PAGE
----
(UPDATE: The NIH provided a response to our comments on January 11, 2019)
On Monday January 7, 2019, KEI submitted joint comments on behalf of Health GAP, Social Security Works, the Union for Affordable Cancer Treatment, and Professor Brook Baker of Northeastern University to the Federal Register notice (83 FR 65694) for the”Prospective Grant of an Exclusive Patent License: “Multifunctional RNA Nanoparticles and Methods of Uses” and “RNA/DNA Hybrid Nanoparticles Modified With Single Stranded RNA Toeholds and Uses Thereof” from the National Institutes of Health. The NIH has proposed to grant an exclusive license to this platform technology to Sixfold Biosciences Inc., a company registered in California, but based in the United Kingdom.
The comments follow below, and a PDF version is available here.
January 7, 2019
Jasmine Yang, PhD
Senior Licensing and Patenting Manager
NCI Technology Transfer Center
9609 Medical Center Drive, RM 1E530 MSC 9702
Bethesda, MD 20892-9702
Via Email: email@example.com
Re: 83 FR 65694, Prospective Grant of an Exclusive Patent License: “Multifunctional RNA Nanoparticles and Methods of Uses” and “RNA/DNA Hybrid Nanoparticles Modified With Single Stranded RNA Toeholds and Uses Thereof”, to Sixfold Biosciences Inc.
Dear Dr. Jasmine Yang,
We are writing to express opposition to an exclusive license on the patent portfolio described in 83 FR 65694, regarding “Multifunctional RNA Nanoparticles and Methods of Uses” and “RNA/DNA Hybrid Nanoparticles Modified With Single Stranded RNA Toeholds and Uses Thereof,” to Sixfold Biosciences Inc.
We note that Sixfold Biosciences, although recently incorporated in California, is a United Kingdom-based start-up company, and does not have a record of successful development of any technology. The web page at https://www.sixfold.bio/ has only a few pages. The company Twitter account (https://twitter.com/sixfold_
We consulted with, and concur with, the findings of an expert advisor, who reviewed the Federal Register Notice and stated that a broad exclusive license is inappropriate for a platform technology.
“For a platform technology, unless the company is founded around the platform (which is not the case here), I think a license that is exclusive in a field — ideally defined by a specified indication (not all cancer, but specific to tumor type) — is more appropriate. This preserves the commercial benefit for a therapeutic product while still encouraging licenses for other therapies for other diseases.“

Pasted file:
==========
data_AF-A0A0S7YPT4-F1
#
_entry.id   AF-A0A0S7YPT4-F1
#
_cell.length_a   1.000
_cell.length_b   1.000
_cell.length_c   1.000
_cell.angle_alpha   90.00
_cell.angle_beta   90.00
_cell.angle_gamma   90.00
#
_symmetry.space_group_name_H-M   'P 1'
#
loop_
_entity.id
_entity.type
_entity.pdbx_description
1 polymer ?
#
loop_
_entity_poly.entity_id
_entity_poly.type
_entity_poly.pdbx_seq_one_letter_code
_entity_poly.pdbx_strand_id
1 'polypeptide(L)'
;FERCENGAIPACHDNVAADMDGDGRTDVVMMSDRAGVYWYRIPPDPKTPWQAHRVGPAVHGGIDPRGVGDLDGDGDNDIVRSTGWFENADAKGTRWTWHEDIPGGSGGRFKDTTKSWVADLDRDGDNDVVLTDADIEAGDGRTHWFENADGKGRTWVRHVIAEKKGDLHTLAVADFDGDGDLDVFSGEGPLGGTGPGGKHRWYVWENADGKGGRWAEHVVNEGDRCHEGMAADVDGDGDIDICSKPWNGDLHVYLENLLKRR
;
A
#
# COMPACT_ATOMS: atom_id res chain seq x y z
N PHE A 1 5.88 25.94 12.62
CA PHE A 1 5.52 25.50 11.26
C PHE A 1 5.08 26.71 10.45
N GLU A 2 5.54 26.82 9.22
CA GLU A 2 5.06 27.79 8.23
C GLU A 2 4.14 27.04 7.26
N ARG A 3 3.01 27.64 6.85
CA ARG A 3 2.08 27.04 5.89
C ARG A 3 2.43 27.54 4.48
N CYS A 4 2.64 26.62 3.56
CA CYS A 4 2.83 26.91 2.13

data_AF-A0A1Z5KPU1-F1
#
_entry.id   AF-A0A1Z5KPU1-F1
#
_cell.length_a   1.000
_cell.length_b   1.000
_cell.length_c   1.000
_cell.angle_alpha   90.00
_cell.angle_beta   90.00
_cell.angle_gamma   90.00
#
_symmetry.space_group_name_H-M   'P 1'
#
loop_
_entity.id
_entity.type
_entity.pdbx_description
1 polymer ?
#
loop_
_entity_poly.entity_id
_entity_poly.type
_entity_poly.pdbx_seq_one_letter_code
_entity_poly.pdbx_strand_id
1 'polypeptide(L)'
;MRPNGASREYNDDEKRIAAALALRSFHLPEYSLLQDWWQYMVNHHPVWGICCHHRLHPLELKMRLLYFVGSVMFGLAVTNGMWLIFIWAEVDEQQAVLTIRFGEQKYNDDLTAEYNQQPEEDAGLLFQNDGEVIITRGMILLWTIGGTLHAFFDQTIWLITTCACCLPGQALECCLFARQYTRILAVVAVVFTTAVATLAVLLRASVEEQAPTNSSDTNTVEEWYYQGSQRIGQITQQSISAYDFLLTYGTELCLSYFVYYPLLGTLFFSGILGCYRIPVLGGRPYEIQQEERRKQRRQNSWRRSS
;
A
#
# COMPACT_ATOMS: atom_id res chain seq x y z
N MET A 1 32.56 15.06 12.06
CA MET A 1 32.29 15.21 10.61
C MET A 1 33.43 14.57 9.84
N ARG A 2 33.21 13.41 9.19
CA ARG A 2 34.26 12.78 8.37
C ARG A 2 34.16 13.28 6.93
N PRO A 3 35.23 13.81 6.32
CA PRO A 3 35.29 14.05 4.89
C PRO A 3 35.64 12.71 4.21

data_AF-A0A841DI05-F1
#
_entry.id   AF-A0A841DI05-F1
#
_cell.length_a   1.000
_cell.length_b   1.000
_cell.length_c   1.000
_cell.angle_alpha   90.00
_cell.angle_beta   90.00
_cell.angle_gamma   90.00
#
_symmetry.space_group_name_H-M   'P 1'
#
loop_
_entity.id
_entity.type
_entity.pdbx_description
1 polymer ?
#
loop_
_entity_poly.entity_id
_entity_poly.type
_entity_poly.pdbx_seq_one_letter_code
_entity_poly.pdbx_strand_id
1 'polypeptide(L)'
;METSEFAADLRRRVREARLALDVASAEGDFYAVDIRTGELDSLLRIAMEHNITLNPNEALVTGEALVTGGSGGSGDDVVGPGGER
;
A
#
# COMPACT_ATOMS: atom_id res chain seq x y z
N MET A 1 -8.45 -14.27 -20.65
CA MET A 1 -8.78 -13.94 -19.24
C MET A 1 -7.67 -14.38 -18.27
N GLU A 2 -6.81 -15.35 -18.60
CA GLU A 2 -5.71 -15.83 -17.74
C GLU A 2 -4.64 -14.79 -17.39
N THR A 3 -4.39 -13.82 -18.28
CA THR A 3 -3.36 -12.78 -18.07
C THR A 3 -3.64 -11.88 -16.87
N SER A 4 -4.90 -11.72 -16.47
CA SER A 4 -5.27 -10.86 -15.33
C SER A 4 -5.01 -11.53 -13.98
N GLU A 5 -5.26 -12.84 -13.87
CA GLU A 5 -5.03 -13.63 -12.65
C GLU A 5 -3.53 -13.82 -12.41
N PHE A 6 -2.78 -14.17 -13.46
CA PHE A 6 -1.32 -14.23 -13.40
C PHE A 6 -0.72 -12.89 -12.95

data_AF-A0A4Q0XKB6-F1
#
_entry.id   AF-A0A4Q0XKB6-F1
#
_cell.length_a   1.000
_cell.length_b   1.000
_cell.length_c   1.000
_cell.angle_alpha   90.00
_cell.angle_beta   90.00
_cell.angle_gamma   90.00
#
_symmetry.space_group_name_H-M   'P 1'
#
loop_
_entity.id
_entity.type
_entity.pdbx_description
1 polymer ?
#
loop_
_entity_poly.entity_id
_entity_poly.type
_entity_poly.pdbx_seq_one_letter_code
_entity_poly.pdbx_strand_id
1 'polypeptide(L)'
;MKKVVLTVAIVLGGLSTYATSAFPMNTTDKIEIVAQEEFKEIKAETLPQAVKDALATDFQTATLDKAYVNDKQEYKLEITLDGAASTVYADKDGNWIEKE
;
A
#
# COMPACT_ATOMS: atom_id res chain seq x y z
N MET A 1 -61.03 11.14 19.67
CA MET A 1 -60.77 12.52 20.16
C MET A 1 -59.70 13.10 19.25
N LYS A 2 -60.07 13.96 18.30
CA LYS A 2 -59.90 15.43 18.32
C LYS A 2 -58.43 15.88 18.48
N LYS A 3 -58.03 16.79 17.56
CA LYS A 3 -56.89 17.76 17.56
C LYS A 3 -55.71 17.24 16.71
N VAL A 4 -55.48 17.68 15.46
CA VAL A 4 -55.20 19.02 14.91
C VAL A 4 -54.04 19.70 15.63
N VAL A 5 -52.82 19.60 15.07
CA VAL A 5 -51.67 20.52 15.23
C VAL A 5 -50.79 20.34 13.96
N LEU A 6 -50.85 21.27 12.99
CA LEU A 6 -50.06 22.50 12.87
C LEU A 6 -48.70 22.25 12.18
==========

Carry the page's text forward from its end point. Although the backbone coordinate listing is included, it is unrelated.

In the event that the NIH makes the enormous mistake of giving a small UK start-up company a broad worldwide monopoly on a platform technology developed at the NIH, we ask that the following safeguards be placed on the license.
Any products using the patented invention should be available in the United States at a price that does not exceed the median price in the seven largest economies by GDP that have at least 50 percent of the GNI per capita as the United States, using the World Bank Atlas method. This is a modest safeguard for a license to a UK company. We note that UK (and other foreign) companies have a long history of charging higher prices in the United States than in the UK or other high income countries.
The exclusive license does not extend to countries with a per capita income less than 30 percent of the United States, in order to ensure that the patents do not lead to restricted and unequal access in developing countries.
Reduce term of exclusivity when revenues are large. We propose that the exclusivity of the license be reduced when the global cumulative sales from products or services using the inventions exceed certain benchmarks. This request is consistent with the statutory requirements of 35 USC § 209, which requires that “the proposed scope of exclusivity is not greater than reasonably necessary to provide the incentive for bringing the invention to practical application.” One possible implementation of revenue benchmarks is as follows: exclusivity for any specific product or service will be reduced by one year for every $500 million in revenue equivalents, earned after the first $1 billion, where revenue equivalent is defined as global cumulative sales for the specific product or service, plus any market entry rewards, the cash value of priority review vouchers, as well as government grants or tax credits, for the product or service using the invention. However, the NIH could choose different benchmarks, so long as the limits on exclusivity address the requirements of 35 USC § 209, that the incentive is “not greater than reasonably necessary.”
The licensee should be required to file an annual report to the NIH, available to the public, on the research and development (R&D) costs associated with the development of any product or service that uses the inventions, including reporting separately and individually the outlays on each clinical trial. We will note that this is not a request to see a company business plan or license application. We are asking that going forward the company be required to report on actual R&D outlays to develop the subject inventions. Reporting on actual R&D outlays is important for determining if the NIH is meeting the requirements of 35 USC § 209, that “the proposed scope of exclusivity is not greater than reasonably necessary to provide the incentive for bringing the invention to practical application.” Specifically, having data on actual R&D outlays on each clinical trial used to obtain FDA approval provides evidence that is highly relevant to estimating the risk adjusted costs of bringing NIH licensed inventions to practical application.
On behalf of:
Knowledge Ecology International (KEI)
Social Security Works (SSI)
Union for Affordable Cancer Treatment (UACT)
Professor Brook Baker, School of Law, Northeastern University